What to Expect from Your First Pole Class

Going to pole for the first time can be a little intimidating. This post is here to help prepare you and shake that feeling as much as possible.

What to wear

There’s a very practical reason polers wear revealing clothing: you need exposed skin to be able to grip the pole. All you need for a pole session is a pair of shorts and a sports bra. The shorter the shorts, the easier sitting on the pole will be.

That said, it can get cold in a studio, and certain moves might be more comfortable if you cover up, so layering is key. For your legs, leg warmers are perfect. If you wear leggings that go past the knee you can still do some spins, but climbing or sitting one the pole will be difficult. You might want socks for moves where your toes slide across the floor, but otherwise you’ll probably dance barefoot. Heels might be too much for your first class. Some dancers also wear knee protectors for floorwork. Most of these are overkill for your first class, but you might find them useful if you continue.

On the top a tank is best, as you might need to grip the pole in your armpit. You can add a long sleeved top in case it gets chilly.

Pole dance class.
Photo credit: Yelp.com on VisualHunt / CC BY-NC-ND
Photo credit: Yelp.com on VisualHunt / CC BY-NC-ND

What to bring

For a longer session, bring a bottle of water.

You’ll notice some people use chalk, “Dry Hands” or something similar to help with grip. If you’re just starting out, I’d recommend trying without before making any purchases – if you need it, you can usually borrow it. If you’re worried about getting too sweatty, bring a small towel.

You can bring a phone to to take any pictures or videos with, but make sure to check with the instructor (and any other students around you) if that is okay.

Deodorant and a spare hairband if you have long hair might be other useful things to carry.

You can bring a friend if that helps, but a lot of people come on their own.

How to prepare

Eat something small, like a banana, shortly before the class. A large meal might lead to discomfort, and if you don’t eat anything at all you might feel dizzy or lightheaded. Make sure you’re hydrated.

Do not moisturize on the day of the class (or even a day before), especially your hands! Dry hands are best for grip. If you did moisture, follow the grip tips in the “Common Problems” section.

When you book the class, make sure it’s at the right level – depending on the studio, this could have many names (“Introduction to Pole”, “Level 1”, “Beginners”…).

Be there early enough that you have time to change in peace. If it’s your first time going to this studio/gym, bank in a couple extra minutes if you get lost, or to fill out any insurance forms that might be required. When you get there, check in with the reception, and they’ll point you to changing rooms, bathrooms and the studio your class will be in.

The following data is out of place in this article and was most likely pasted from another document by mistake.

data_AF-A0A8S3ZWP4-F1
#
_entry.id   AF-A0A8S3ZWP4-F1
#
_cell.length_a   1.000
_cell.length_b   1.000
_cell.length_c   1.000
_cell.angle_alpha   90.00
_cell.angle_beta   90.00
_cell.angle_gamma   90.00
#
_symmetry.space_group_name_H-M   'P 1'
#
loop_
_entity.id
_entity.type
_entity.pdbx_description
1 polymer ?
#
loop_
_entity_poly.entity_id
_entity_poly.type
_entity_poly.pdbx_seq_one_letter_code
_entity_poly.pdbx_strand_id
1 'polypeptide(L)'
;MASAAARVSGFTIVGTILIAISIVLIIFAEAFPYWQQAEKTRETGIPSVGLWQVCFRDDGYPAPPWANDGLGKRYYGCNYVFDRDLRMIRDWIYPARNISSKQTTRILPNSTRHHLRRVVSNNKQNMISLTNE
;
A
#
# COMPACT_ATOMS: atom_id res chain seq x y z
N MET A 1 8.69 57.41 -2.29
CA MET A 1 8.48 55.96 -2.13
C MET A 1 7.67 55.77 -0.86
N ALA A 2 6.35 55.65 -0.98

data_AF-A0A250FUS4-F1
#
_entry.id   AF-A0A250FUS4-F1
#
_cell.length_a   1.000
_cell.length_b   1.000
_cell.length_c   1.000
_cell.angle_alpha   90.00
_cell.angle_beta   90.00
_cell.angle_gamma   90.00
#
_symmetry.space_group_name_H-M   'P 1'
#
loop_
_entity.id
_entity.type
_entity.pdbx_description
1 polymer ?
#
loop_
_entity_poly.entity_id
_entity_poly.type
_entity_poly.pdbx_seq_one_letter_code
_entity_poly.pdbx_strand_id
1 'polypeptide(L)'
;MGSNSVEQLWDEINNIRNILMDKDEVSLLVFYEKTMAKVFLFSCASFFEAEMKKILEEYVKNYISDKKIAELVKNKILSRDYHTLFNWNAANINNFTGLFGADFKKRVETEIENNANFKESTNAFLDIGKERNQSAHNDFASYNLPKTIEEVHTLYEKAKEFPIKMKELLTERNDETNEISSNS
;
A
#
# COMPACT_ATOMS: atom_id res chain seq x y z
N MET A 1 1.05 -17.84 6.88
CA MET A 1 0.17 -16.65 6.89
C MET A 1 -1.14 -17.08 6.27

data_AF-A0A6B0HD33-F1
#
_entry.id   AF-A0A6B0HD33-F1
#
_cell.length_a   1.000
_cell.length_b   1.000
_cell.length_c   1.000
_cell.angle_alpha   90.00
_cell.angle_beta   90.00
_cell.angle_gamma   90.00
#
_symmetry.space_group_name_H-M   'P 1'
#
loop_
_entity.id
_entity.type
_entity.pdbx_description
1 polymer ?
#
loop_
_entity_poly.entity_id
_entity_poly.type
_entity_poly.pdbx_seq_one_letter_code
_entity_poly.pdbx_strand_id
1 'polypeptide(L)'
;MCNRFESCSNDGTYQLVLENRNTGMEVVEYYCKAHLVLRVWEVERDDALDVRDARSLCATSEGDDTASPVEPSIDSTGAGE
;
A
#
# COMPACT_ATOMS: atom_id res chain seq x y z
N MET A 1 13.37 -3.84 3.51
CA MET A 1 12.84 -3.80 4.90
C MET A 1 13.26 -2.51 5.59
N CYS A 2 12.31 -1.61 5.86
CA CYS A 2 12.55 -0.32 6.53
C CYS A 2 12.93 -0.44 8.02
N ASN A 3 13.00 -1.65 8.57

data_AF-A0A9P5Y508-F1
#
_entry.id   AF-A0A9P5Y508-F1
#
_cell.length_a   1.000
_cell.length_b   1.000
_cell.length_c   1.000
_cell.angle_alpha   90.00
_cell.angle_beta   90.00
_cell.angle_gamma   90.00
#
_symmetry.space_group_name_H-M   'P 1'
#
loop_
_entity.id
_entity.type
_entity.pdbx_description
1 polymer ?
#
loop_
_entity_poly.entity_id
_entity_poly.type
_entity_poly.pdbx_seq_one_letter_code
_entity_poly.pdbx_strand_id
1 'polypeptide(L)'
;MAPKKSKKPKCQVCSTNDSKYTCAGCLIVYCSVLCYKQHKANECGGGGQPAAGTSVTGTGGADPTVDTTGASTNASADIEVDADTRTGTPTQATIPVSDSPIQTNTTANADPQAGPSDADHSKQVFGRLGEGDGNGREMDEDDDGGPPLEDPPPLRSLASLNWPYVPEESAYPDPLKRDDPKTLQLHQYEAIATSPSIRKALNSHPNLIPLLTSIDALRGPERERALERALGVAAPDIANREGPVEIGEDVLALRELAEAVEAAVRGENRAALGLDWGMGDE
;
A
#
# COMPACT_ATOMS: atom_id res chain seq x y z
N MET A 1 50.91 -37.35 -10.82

What to expect

If you’re going to an introductory class, you should be well taken care of. If you’re going to a regular class, make sure to inform the teacher it’s your first time (they should ask at the start) and if you have any injuries.

Depending on the size of the class, you might have your own pole, or you’ll share it with one other person, rarely more than that. Having your own is nice as you get more time to practice, but also more tiring.

Your pole class will most likely start with a 10-20 minute warmup – some cardio, stretching, and conditioning exercises. This is key for injury prevention.

Afterwards, you’ll probably be taught some simple spins, such as a fireman spin. You might try climbing the pole and sitting on it, which will hurt. Some teachers might incorporate floorwork, or combine various moves in a routine that you’ll dance to music. In rare cases you might be shown how to invert, or how to prepare for it.

At the end there should be a short cooldown to stretch your muscles.

Common problems

Grip: you might feel like your hands are too sweaty to ever hold on to the pole. If so, wipe your hands and the pole with a towel (your studio should have some for the pole). Ths is also why you shouldn’t moisturise before the class. If you’re really struggling, use grip aid. Sometimes the problem is not necessarily in the grip itself, but engaging arms and shoulders properly.

Body insecurities: not everyone is immediately comfortable dancing in skimpy clothes. That is totally normal. Hopefully you’ll soon learn that the pole community is very welcoming and that no one is judging how you look. If anything, they’re probably worrying about themselves. Long term, pole can help greatly with your self confidence. For now, bring layers so you can cover up as much or as little as you want.

Feeling weak/unfit/inflexible: it’s possible you’ll find yourself in a class with a bunch of people who seem to be doing much better than you. The key is not to compare yourself with others. Even if they say it’s their first class, they might have a different background to you. Regardless, don’t be harsh on yourself – you’re trying something new, and you’re there to have fun and learn something.

After the class

Most people find pole to be a pretty tough workout – your arms and core might be quite sore the day after. To help with that, you can stretch, take a bath, foam roll, or use any other methods that work for you.

I hope that was helpful! If you have any questions or tips from your pole experience, please share in the comments.


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